Donald Maitland

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Person.png Donald Maitland  
(diplomat, propagandist)
Born 16 August 1922

Donald Maitland was a career British diplomat , propagandist and spindoctor.

Biography

Donald Maitland was the son of Thomas Douglas Maitland and Wilhelmina Sarah Dundas. He was educated at George Watson's College and Edinburgh University (MA). In 1950 he married Jean Marie Young, the daughter of Gordon Young. During World War II he served in India, the Middle East and Burma with the Royal Scots and Rajputana Rifles.

Diplomatic Service

Donald Maitland held many diplomatic positions throughout his career. They were, listed in chronological order:

  • 1947 - joined Foreign Service.
  • 1950 - Consul, Amara.
  • 1950-53 - British Embassy, Bagdad, Iraq.
  • 1954-56 - Private Secretary to Minister of State, Foreign Office.
  • 1956-60 - Director, Middle East Centre for Arab Studies, Lebanon.
  • 1960-63 - Foreign Office.
  • 1963-65 - Counsellor, British Embassy, Cairo, Egypt.
  • 1965-67 - Head of News Department, Foreign Office.
  • 1967-69 - Principal Private Secretary to Foreign and Commonwealth Secretary.
  • 1969-70 - Ambassador to Libya.
  • 1970-73 - Chief Press Secretary, 10 Downing Street.
  • 1973-74 - UK Permanent Representative to United Nations.
  • 1974-75 - Deputy Under-Secretary of State, FCO.
  • 1975 - UK Member, Commonwealth Group on Trade, Aid and Development.
  • 1975-79 - Ambassador and UK Permanent Representative to EEC.
  • 1979-80 - Deputy to Permanent Under-Secretary of State, FCO.
  • 1980-82 - Permanent Under-Secretary of State, Department of Energy.

He was awarded the GCMG in 1977 (CMG 1967); was knighted in 1973; was awarded the OBE in 1960.[1]

Bloody Sunday

The first IRD officer to arrive in Northern Ireland was Hugh Mooney in June 1971. He was followed a month later by Clifford Hill, who compiled a report on information requirements that was circulated in September 1971. Hill called for the appointment of a press liason officer, who would “ensure close liaison between the information agencies in Northern Ireland, London and overseas, to plan a systematic campaign of propaganda, and to cultivate visiting journalists. He will be concerned with all information activities.”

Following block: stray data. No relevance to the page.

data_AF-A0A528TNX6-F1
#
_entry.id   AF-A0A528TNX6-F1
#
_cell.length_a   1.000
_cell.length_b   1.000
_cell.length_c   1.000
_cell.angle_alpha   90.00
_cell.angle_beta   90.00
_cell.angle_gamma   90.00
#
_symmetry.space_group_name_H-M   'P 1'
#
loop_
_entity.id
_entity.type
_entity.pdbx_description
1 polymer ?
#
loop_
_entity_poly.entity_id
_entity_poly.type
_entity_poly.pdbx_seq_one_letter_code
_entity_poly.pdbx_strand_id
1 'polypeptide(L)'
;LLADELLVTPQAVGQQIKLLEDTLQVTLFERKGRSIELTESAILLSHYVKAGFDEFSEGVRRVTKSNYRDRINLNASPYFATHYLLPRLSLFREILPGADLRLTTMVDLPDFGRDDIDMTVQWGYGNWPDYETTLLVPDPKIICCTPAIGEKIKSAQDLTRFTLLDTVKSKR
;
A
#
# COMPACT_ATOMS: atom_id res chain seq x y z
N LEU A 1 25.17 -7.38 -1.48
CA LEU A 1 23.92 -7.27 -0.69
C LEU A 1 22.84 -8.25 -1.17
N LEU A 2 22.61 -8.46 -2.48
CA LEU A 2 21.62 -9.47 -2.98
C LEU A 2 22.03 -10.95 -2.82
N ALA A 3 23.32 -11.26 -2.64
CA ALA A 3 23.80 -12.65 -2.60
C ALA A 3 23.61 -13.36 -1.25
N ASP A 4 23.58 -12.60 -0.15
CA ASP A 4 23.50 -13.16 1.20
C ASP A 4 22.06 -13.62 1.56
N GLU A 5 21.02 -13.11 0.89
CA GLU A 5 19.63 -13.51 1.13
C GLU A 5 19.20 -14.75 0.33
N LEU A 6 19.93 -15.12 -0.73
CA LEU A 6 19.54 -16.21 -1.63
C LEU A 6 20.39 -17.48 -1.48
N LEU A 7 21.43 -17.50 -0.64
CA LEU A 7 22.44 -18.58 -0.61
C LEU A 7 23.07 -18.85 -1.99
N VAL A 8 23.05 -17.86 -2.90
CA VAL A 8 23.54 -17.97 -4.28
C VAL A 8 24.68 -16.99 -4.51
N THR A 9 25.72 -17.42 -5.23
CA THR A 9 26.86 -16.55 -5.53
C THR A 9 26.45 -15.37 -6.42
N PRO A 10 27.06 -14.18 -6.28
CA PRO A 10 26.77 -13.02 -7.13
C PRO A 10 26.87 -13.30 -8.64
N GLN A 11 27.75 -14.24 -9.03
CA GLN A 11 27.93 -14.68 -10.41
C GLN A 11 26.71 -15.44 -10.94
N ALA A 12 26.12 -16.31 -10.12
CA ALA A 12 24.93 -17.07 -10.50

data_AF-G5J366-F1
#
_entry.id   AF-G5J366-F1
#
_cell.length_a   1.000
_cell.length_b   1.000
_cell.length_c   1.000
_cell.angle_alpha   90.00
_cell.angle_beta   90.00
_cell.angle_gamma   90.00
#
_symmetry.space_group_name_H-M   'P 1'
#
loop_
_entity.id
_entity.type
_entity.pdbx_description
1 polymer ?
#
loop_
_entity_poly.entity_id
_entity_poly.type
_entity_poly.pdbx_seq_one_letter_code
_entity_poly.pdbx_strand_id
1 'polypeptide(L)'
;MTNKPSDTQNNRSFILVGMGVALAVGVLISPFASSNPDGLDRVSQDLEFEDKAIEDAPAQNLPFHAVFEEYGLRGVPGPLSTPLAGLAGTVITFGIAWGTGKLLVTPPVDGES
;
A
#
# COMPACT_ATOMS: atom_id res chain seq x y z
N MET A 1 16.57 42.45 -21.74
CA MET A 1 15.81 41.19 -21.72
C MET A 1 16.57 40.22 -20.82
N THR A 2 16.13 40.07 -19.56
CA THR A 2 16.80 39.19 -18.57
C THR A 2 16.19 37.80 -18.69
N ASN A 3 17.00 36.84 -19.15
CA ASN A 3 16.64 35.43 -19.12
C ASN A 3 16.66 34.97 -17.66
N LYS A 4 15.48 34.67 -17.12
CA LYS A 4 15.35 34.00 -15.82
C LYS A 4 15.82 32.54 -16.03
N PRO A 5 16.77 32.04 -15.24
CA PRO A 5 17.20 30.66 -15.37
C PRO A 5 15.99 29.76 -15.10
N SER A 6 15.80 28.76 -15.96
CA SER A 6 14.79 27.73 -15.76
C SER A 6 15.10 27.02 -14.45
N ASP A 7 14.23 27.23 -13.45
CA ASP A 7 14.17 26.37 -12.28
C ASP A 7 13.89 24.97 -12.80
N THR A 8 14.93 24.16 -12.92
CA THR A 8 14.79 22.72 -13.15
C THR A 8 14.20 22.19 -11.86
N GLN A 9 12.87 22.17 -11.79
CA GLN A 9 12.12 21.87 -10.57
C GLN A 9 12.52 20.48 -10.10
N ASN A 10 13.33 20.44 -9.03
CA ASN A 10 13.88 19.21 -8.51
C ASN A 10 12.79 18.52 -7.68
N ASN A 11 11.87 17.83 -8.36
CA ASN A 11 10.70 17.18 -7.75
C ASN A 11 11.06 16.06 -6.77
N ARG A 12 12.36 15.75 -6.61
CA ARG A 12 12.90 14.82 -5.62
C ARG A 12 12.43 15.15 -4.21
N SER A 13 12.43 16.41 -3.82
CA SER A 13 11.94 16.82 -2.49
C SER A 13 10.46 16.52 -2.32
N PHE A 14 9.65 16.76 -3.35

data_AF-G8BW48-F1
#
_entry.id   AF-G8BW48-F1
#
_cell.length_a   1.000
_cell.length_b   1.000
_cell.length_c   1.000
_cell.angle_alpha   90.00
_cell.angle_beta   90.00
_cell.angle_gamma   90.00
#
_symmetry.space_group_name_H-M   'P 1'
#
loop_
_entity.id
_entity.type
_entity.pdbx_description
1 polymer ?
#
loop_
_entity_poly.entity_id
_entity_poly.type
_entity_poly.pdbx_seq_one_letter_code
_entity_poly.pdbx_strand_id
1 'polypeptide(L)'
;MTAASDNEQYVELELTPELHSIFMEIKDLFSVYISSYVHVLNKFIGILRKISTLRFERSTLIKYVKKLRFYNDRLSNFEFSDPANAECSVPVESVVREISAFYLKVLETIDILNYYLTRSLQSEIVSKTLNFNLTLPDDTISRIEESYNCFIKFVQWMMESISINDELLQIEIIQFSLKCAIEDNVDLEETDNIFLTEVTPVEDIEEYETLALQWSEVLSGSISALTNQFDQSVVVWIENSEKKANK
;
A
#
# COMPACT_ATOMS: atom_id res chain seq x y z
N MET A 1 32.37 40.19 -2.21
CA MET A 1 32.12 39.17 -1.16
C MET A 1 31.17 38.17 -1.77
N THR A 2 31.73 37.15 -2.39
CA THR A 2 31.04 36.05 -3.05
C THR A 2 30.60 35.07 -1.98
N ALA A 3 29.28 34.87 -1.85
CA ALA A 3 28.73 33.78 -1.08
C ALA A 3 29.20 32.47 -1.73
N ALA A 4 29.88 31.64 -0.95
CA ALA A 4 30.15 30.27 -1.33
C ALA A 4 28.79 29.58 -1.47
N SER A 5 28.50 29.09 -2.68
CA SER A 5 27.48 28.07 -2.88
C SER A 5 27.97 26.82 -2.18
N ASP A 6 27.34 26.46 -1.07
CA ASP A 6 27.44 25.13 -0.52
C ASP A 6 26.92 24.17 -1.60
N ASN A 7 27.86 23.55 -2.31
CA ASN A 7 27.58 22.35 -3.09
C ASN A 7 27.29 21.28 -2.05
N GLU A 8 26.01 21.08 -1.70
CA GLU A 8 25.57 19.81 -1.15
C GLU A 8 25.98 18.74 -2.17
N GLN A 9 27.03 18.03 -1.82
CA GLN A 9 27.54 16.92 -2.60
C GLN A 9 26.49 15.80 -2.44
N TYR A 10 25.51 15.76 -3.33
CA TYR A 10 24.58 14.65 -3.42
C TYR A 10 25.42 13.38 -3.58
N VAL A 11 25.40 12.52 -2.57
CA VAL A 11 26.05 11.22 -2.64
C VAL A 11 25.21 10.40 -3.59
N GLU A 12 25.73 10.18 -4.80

Hill’s report noted that “a senior Army officer is joining the HQ staff (temporarily) and will be made available for contact work ‘downtown’ in close contact with the Press Liason Office” This was Col Maurice Tugwell who was seconded to the IRD by the Chief of the General Staff, Lord Carver. The report was accepted by the Prime Minister and Hill himself was appointed to the press liason post. On 15 October, Downing Street Press Secretary Sir Donald Maitland invited the Home Office, the Foreign Office and the Ministry of Defence to join a liason committee to oversee Hill’s work.
In a 2002 statement to the Bloody Sunday Inquiry, Sir Donald claimed he had little involvement with the IRD. However, in a letter to the Prime Minister on 4 November 1971, he stated: “The liaison group, consisting of representatives of No. 10, the Home Office, the Ministry of Defence and the Foreign and Commonwealth Office, met under my chairmanship with Clifford Hill this morning. We agreed on Hill’s tasks and objectives.”
“Parallel with this committee, Sir Dick White, Norman Reddaway and I have decided on the machinery for placing anti I.R.A. propaganda in the British press and media. This machinery is already in operation. Its first major task will be to produce articles which will counteract the effect of the Compton Report.”
It is interesting that the notion of countering IRA propaganda should have extended to countering a report on internment by a British civil servant which found that the sensory deprivation techniques used on internees did not amount to torture.[2]

Affiliations



References

  1. Janus, British Diplomatic Oral History
  2. The Godson Approach to Political Warfare: Part 3 The IRD in Northern Ireland Spinwatch, By Tom Griffin 9 October 2007